Ford hits CO2 footprint target eight years early

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FORD Motor Company announced on Thursday as part of its 19th annual Sustainability Report that it has met its goal to reduce manufacturing emissions – eight years ahead of schedule.

In 2010, Ford’s Environmental Quality Office announced a goal – to reduce the company’s carbon dioxide emissions from manufacturing operations by 30 per cent per vehicle produced by 2025.

Ford hit the target twice as fast as expected. The results are dramatic, with a global manufacturing CO2 emissions reduction of more than 3,400 kg from 2010 to 2017 – equivalent to greenhouse gas emissions from more than 728,000 passenger vehicles driven for one year.

“We are proud of the work we have done to achieve this goal,” said Bruce Hettle, group vice president, manufacturing and labor affairs. “We’ve made several improvements to our manufacturing operations – from the lighting we use to plant consolidations – all of which played a role in dramatically reducing our CO2 footprint.”

Ford reduced its emissions footprint through energy conservation and efficiency changes at Ford’s manufacturing facilities, such as installing more than 100,000 LED light fixtures and updating paint operations.

“Painting operations use a large amount of energy,” said Andy Hobbs, director, environmental quality office. “Introducing technology that allows wet-on-wet paint application and eliminates a drying oven, in more plants has significantly decreased energy use while maintaining quality.”

Minimum Quantity Lubrication is another energy-reducing technology. In MQL, a machining tool is lubricated with a very small amount of oil sprayed directly on the tip of the tool in a finely atomized mist, instead of with a large quantity of coolant/water mixture.

Ford now is working on setting a new goal – this one, focused on renewable energy.

“We will continue to set ambitious goals and work to create innovative practices to achieve them,” said Hettle. “Our next strategy will focus on increasing Ford’s use of renewable energy while maintaining our energy efficiencies.”

Ford also remains focused on reducing vehicle emissions by doing its share to deliver on CO2 reductions consistent with the Paris Climate Accord. The company is charting its course for the future by investing $11 billion to put 40 hybrid and fully electric vehicle models on the road by 2022.

The 2017-2018 Ford Sustainability Report highlights the automaker’s ongoing work to drive responsible business practices, including:

In 2018, Ford launched a ground-breaking program in Jeddah, Saudi Arabia, with the help of Jeddah’s Effat University called Driving Skills for Life ‘For Her’. The first-of-its-kind program is focused on driving education for women, following the royal decree to lift the ban on females driving in the country. More than 250 students were among the first graduates – completing courses that teach vital skills necessary for new drivers, tips from highly-skilled experts and a deep understanding of safe driving practices. This customized version of Ford’s award-winning program, Driving Skills for Life, empowers women to access greater mobility.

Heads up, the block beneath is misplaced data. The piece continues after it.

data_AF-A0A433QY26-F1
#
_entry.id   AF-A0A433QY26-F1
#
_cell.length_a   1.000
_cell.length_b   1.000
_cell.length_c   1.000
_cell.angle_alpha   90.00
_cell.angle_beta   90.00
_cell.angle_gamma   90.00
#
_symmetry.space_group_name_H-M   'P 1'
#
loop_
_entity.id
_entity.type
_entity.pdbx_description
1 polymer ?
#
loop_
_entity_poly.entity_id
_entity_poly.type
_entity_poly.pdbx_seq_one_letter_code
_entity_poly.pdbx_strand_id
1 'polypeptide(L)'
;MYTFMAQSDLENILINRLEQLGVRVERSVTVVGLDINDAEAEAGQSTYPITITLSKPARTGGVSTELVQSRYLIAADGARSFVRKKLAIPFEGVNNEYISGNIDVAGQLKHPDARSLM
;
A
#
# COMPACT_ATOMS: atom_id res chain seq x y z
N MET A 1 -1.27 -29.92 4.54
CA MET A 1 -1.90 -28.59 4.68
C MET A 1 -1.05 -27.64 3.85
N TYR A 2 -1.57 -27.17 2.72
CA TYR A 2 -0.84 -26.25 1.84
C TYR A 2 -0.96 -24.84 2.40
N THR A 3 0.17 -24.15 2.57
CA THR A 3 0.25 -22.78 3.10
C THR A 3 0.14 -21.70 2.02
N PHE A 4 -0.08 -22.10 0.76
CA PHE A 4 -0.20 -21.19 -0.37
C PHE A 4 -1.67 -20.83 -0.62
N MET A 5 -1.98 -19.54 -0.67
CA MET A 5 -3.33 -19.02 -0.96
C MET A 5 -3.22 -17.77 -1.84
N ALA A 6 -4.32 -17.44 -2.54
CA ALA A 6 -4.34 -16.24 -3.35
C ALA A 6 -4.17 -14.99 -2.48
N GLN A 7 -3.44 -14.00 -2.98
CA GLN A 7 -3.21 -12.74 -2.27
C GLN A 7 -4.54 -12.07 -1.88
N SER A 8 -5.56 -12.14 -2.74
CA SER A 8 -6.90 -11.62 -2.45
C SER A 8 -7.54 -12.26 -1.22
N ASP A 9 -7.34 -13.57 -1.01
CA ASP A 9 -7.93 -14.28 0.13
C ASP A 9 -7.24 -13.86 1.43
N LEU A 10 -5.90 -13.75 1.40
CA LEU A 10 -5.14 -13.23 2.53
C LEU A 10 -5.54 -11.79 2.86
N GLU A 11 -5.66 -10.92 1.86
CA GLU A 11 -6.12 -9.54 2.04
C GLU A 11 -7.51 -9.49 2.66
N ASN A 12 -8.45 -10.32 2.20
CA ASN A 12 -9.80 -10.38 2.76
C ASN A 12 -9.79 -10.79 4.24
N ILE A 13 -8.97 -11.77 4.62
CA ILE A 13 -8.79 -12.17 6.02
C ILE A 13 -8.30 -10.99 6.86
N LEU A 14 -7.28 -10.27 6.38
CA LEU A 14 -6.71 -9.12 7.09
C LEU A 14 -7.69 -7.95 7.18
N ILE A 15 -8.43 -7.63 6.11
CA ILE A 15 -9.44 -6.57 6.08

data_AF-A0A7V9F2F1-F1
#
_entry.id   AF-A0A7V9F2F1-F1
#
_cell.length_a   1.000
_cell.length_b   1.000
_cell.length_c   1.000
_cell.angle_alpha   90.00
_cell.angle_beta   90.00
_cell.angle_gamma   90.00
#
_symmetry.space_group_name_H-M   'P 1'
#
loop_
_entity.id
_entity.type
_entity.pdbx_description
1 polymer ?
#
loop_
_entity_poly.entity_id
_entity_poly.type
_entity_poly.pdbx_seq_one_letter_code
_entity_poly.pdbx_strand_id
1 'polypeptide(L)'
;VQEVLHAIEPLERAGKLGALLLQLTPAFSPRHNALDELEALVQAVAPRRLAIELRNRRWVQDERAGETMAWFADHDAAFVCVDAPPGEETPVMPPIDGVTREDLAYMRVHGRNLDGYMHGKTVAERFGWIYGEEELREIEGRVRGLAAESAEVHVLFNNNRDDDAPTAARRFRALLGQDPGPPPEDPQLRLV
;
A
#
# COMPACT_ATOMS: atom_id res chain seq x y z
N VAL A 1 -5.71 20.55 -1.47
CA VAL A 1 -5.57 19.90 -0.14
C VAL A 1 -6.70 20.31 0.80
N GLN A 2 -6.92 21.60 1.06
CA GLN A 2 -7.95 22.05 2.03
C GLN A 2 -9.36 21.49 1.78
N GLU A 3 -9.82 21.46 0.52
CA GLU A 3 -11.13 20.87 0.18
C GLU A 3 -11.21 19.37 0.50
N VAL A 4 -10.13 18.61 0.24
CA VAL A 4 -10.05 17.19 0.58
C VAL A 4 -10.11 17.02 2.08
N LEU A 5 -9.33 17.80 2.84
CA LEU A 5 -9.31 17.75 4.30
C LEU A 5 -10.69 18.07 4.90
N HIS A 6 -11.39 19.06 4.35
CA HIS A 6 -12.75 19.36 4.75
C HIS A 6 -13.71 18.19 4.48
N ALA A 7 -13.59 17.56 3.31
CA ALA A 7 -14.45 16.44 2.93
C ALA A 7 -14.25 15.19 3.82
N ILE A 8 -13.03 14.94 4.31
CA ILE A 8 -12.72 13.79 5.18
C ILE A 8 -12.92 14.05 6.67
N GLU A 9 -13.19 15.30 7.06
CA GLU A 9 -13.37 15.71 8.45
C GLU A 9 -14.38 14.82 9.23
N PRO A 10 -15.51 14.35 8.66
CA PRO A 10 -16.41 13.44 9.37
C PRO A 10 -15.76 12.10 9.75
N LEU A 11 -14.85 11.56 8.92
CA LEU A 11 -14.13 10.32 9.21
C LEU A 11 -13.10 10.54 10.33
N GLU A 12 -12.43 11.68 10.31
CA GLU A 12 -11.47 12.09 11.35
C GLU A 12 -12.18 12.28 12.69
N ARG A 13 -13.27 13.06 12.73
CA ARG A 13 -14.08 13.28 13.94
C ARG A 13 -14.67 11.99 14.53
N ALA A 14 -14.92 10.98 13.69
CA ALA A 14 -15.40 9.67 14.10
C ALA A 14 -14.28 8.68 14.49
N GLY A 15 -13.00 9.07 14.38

Nearly 4,000 drivers have had DSFL training in the Middle East alone since 2011.

In collaboration with BMW Group, Daimler AG, and Volkswagen Group with Audi and Porsche, Ford is one of the founders of IONITY, a pan-European joint venture to develop a fast-charging network for electric vehicles. Together, the goal of IONITY is to build 400 fast-charging stations in key European locations by 2020, with a charging capacity of 350 kW. This enables a significant reduction to charging times compared to existing systems. The build-up of 20 stations in multiple European countries began in 2017, with the first charging station in Germany becoming active in 2018. These efforts will support EV adoption, which will help to address climate change.

In addition to reaching the company’s ambitious goal of reducing manufacturing greenhouse gas emissions with a 32 percent reduction, Ford makes around 300 parts from renewable materials, with eight sustainable materials featured in production vehicles: soy, wheat, rice, castor, kenaf (hibiscus), tree cellulose, jute and coconut. By using less energy, less waste and moving away from the use of fossil fuels, the company has achieved a reduction of more than 104 million kg in CO2 since the switch to soybean-based foam in 2011 – the equivalent to the carbon capture by four million trees in one year.

Ford is committed to contributing to communities around the globe. In 2017, $63 million of charitable donations were made through Ford Motor Company Fund. More than 237,000 volunteering hours were donated by current and retired employees across more than 1,700 community projects in 40 countries. Ford and Lincoln dealers additionally contributed more than $110 million and 50,000 hours to charitable causes, disaster relief efforts and non-profits in the communities they serve. — SG


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